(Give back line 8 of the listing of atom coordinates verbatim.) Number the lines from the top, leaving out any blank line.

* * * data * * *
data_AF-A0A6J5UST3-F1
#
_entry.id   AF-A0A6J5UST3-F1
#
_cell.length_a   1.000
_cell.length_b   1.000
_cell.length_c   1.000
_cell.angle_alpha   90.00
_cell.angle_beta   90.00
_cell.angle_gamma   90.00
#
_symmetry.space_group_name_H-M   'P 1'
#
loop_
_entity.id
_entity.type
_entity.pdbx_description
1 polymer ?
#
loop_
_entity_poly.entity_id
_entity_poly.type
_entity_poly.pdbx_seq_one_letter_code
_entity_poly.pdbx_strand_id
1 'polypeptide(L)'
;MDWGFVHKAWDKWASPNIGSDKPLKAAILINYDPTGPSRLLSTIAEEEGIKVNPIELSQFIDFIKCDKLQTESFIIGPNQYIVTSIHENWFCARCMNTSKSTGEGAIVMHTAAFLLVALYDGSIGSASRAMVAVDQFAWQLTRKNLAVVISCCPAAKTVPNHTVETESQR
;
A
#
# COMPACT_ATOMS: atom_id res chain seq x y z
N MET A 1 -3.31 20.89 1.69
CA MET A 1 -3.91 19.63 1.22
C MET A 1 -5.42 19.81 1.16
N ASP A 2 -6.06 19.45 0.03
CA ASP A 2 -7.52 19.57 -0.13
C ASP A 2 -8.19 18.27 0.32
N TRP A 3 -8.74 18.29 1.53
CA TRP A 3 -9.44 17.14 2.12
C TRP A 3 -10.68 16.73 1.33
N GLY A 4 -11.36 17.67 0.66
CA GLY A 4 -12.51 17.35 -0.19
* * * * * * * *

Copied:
_cell.angle_alpha   90.00